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Gastro-esophageal reflux: the point

Gastro-esophageal reflux: the point

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Medical consultations for regurgitation increase: should we really worry about it? How to distinguish "normal" regurgitations from a real GERD? The point with Professor Patrick Tounian.

Does GERD (Gastroesophageal Reflux Disease) affect more infants than before?

  • No, infants have always been subject to regurgitation. The pathology is not more widespread, but it seems that parents tolerate it less. When they are frequent and abundant, they constitute an embarrassment for the child ... but especially for them. This discomfort depends greatly on the family: one will tolerate eighteen regurgitations a day without blinking while the other will consult after three.

How to distinguish "normal" regurgitations from a real GERD?

  • This is a real GERD when regurgitations are accompanied by other pathologies. These complications can be bronchitis - even asthma - and repeated laryngitis.
  • The mechanism is as follows: the acidity goes up to the oropharyngeal junction (the laryngeal opening goes to the lungs, the pharynx goes to the stomach). At this level, the acidity can "go wrong" and fall back into the wrong hole, causing inflammation. Another possible complication, but much rarer, is oesophagitis. This inflammation of the esophagus can be spotted by bloody regurgitation and will be confirmed by fibroscopy. Many parents think - very often wrongly - that a child who cries a lot and regurgitates suffers from oesophagitis. In fact, this pathology affects less than 1% of infants.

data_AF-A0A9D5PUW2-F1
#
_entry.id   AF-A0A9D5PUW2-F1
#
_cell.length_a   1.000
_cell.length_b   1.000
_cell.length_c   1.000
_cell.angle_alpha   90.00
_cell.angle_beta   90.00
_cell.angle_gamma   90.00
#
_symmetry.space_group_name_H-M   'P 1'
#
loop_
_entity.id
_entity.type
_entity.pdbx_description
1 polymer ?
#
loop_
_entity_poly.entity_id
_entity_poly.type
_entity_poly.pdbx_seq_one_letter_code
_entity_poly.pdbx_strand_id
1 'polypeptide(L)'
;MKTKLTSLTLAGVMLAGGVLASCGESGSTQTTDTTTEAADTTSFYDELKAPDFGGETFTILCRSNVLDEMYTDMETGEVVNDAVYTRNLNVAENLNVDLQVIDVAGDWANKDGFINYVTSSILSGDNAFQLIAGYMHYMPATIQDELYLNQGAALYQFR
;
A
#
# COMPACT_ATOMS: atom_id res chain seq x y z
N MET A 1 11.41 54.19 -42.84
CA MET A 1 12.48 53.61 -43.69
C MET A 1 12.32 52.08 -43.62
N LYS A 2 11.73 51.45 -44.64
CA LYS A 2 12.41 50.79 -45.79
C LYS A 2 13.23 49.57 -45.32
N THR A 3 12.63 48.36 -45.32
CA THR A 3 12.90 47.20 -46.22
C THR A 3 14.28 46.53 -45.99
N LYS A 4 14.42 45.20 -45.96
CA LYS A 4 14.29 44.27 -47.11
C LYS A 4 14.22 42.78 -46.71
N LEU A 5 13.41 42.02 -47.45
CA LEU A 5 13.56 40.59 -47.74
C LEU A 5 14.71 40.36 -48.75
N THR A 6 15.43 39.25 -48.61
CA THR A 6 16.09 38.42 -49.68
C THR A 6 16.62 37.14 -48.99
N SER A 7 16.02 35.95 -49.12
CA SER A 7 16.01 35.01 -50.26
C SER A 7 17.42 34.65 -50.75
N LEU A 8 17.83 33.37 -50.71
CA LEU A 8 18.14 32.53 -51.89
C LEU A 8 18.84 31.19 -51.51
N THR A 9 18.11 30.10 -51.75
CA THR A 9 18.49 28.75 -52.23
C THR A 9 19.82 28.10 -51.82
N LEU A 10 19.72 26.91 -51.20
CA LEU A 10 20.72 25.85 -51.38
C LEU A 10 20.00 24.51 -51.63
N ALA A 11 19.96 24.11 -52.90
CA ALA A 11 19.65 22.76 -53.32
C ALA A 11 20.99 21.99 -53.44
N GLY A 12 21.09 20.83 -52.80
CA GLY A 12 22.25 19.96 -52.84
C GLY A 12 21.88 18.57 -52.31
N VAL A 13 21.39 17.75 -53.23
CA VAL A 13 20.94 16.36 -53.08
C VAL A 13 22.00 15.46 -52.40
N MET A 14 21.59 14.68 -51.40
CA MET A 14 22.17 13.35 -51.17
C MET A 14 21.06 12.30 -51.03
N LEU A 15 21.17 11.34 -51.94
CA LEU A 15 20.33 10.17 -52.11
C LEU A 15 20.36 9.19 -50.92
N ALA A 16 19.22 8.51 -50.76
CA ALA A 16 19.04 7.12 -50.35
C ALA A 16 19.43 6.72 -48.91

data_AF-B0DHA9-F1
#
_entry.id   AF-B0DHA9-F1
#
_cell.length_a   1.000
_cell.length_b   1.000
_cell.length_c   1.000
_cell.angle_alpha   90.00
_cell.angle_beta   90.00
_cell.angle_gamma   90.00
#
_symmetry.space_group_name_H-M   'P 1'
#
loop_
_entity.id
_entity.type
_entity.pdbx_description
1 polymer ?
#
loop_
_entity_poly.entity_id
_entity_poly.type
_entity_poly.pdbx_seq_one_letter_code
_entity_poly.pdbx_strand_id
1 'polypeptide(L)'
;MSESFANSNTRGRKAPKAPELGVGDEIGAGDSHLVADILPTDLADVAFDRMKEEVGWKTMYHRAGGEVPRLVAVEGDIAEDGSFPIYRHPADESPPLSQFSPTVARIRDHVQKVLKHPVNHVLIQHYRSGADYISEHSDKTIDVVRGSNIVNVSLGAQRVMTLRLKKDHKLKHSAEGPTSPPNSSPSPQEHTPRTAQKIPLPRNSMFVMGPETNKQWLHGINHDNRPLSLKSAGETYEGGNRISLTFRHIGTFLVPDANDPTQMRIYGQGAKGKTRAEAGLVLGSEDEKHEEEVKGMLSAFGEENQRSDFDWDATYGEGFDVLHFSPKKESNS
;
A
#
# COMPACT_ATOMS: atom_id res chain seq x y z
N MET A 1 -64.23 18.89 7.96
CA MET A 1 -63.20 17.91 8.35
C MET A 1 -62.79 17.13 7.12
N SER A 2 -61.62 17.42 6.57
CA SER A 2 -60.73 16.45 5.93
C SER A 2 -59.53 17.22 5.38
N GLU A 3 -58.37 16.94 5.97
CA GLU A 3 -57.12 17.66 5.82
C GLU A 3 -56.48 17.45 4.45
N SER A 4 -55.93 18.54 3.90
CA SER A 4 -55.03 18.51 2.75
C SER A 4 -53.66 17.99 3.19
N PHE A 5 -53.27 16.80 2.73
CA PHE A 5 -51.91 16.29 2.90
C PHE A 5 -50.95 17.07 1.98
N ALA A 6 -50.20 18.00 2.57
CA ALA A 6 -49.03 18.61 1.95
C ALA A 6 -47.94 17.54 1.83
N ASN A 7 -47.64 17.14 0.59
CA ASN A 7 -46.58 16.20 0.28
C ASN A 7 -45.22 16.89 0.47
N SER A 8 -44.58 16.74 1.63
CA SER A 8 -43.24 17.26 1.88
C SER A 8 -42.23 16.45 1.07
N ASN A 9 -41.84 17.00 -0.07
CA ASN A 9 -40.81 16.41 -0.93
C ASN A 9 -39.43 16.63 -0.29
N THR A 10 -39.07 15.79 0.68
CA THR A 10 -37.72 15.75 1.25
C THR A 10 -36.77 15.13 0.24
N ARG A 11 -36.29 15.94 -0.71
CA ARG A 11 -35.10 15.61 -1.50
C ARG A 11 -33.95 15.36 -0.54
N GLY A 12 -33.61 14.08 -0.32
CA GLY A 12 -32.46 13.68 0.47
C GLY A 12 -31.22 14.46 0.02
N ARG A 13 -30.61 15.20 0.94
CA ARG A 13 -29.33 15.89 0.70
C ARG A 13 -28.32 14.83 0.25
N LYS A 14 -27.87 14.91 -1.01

When is consultation required?

  • Apart from the complications described above, it is necessary to consult when the threshold of tolerance of the parents is exceeded. Regurgitations are primarily a problem of comfort and generally have no serious character for the health of the child. The regurgitations are physiological in the infant of a few months, since its antireflux system is not yet functional. To a certain extent, they are therefore "normal". Very few babies do not regurgitate at all.
  • If the parents can no longer support these regurgitations, especially if they are bulky that is to say close to vomiting, you must consult. As much to treat them as to look for another diagnosis, such as an allergy to cow's milk proteins or an anatomical malformation.

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